Dhealthwellness.com – Using Cervical Isometric Exercises may help improve your health, improve your posture and improve your ability to swallow. This is a great way to improve your quality of life.
Isometric Post Stretching to Increase Flexibility
During a cervical isometric exercise, post-isometric stretches can be a good way to increase flexibility. These stretches involve relaxing the muscle and holding it in the stretched position for a few breaths. Some people also add foam rolling before they work out, which can increase flexibility.
The best stretches have more than one group of muscles stretched. This is because the supporting muscles function as synergists for stretches. Some stretches also put pressure on the disks of the back, so be careful of what you choose. This is especially true when you are attempting to stretch a child’s back. Among the stretches to be considered is the triceps stretch, which targets muscles in the shoulders. This stretch is best performed while seated, but can also be done while standing. A leg stretch is another way to stretch several muscle groups at once. It involves extending your legs and reaching back, as well as straightening your back. It can also involve hyperextension of the knees.
Using a cervical isometric exercise program can correct muscle imbalances in the cervical region. These muscle imbalances may lead to forward head posture. This type of posture is characterized by tight musculature in the anterior cervical region and weak musculature in the posterior cervical region. It is a common abnormal posture among neck pain patients.
Cervical Spine Passive Movement in Healthy Working Age Women
A study conducted by Salo and colleagues assessed age-related changes in the cervical spine. They also established reference values for the passive range of motion of the cervical spine in healthy working-age women. They also compared the effects of isometric cervical stabilization (ICE) and Isometric Cervical Fitness (ICF) exercises on the cervical spine’s passive range of motion. The study results show that the sternocleidomastoid thickness and cervical spine passive range of motion was greater during ICF than ICE.
The present study investigated the concurrent therapeutic effects of ICE and ICF on the cervical spinal passive range of motion. The study included 18 participants. They were female and were aged 20 to 59 years. They participated in competitive sports and had neck and shoulder pain within the past six months. Performing cervical isometric exercises can increase swallowing function in older adults. In addition to increasing swallowing muscle strength, training can also increase swallowing muscle volume. Whether isometric exercises are the best way to increase tongue strength is not clear. However, studies have shown that tongue exercises can be effective in elderly patients.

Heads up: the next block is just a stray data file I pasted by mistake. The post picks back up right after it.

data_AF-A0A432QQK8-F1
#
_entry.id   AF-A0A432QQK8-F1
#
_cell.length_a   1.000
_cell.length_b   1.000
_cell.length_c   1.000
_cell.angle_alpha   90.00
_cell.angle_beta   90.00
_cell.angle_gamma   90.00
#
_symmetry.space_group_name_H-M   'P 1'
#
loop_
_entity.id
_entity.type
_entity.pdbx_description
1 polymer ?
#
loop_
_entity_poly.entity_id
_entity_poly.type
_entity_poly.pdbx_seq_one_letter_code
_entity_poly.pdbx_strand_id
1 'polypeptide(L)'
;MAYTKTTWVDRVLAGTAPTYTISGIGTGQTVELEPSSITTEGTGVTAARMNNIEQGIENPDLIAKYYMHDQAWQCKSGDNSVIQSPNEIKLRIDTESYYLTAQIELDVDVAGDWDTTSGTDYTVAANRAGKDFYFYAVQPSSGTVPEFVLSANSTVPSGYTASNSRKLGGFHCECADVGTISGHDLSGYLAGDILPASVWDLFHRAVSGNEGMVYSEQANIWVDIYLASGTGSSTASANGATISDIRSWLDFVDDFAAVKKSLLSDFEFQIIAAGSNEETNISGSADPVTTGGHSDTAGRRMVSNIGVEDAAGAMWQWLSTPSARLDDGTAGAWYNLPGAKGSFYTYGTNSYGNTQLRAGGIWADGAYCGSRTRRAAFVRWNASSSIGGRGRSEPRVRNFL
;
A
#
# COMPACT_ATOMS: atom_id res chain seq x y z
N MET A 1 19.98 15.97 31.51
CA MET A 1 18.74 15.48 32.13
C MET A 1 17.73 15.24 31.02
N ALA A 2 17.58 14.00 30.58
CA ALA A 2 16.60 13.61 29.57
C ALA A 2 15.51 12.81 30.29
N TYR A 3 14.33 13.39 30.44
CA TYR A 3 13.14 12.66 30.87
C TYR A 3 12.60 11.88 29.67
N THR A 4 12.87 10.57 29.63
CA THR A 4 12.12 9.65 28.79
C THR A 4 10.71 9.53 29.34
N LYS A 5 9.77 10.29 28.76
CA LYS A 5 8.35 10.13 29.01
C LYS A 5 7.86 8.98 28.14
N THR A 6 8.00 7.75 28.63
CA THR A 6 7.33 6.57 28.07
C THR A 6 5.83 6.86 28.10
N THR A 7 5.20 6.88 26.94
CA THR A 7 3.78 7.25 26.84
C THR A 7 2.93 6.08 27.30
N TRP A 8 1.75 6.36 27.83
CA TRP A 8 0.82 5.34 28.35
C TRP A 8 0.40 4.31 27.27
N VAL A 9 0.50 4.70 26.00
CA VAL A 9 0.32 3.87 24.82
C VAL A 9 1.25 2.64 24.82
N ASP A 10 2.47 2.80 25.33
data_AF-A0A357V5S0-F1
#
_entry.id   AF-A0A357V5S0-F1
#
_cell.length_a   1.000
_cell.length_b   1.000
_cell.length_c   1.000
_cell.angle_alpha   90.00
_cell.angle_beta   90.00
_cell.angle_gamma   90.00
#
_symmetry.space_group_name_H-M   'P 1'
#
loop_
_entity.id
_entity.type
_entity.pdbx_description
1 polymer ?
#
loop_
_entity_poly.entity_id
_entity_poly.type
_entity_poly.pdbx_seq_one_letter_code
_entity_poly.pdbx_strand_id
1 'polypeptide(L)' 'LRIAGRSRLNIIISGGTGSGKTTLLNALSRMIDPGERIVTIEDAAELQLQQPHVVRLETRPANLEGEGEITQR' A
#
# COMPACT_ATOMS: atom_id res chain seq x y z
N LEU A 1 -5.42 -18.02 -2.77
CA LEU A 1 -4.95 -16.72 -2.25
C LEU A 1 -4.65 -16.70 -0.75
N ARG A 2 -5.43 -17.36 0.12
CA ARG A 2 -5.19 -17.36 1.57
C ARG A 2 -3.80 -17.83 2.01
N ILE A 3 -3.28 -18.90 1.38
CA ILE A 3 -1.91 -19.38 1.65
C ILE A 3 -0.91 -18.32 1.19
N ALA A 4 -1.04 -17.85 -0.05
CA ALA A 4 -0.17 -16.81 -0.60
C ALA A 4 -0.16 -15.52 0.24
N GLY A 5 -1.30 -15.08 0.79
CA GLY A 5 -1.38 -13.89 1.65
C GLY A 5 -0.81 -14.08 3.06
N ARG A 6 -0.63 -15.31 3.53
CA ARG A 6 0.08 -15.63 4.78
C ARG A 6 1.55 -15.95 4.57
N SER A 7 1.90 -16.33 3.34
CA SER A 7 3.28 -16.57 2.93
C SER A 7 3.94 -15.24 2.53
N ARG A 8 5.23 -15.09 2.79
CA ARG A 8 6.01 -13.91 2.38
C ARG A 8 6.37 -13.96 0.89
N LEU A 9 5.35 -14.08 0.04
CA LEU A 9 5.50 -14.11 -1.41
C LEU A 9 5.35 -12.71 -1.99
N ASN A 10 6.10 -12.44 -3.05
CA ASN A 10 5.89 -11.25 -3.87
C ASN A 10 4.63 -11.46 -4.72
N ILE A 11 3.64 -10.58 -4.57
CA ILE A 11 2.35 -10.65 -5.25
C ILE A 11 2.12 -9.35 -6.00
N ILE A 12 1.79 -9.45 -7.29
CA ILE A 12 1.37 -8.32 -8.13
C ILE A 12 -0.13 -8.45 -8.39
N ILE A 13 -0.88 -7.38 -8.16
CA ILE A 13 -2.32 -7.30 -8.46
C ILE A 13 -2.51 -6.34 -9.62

One study investigated the effectiveness of a modified chin tuck against resistance exercise (CtC) on swallowing function in patients with dysphagia after head and neck cancer treatment. In the control group, patients received conventional dysphagia treatment. In the experimental group, patients performed CtC exercises using a CTAR device. In both groups, tongue strength was improved after four weeks of isometric training. Similarly, the maximal lingual isometric pressure was also increased in both groups. The results of this study support the need for further studies.
Benefits of Isometric Exercise Effective in Increasing Blood Circulation
The participants were randomly divided into two groups: a control group and an experimental group. The control group received conventional dysphagia treatment, while the experimental group performed CTAR/JOAR isometric exercises. Various studies have shown a positive impact of isometric exercises on cervical dysfunction. Isometric exercises are effective in improving blood circulation in the neck, increasing muscle strength, and improving coordination of muscle movements. They are also effective in improving the performance of the cervical extensors and flexors.
A study in a cohort of patients with neck pain reported that isometric training improved cervical spine dysfunction. They compared the effects of isometric exercises and velocity-specific exercises (VSE). They also evaluated the feasibility of VSE in cervical muscle functions. They concluded that VSE was safe and can be practiced safely.
The authors of the study used a single-blinded randomized controlled trial (RCT). Thirty healthy adults were randomly allocated to either an intervention or a control group. They completed a six-week trial. During the study, the participants performed a 10-minute workout on five days per week. It involved a combination of isotonic cervical strengthening activities, static cervical stretching, and increasing repetitions. The exercises were performed in a neutral sitting position. One minute of rest was provided between sets.
Tsang, Sharon MH, et al. “Comparison between velocity‐specific exercise and isometric exercise on neck muscle functions and performance: a randomised clinical trial.” BMC Musculoskeletal Disorders 22.1 (2021): 1-16.
Chung, SinHo, and Yeon-Gyu Jeong. “Effects of the craniocervical flexion and isometric neck exercise compared in patients with chronic neck pain: A randomized controlled trial.” Physiotherapy theory and practice 34.12 (2018): 916-925.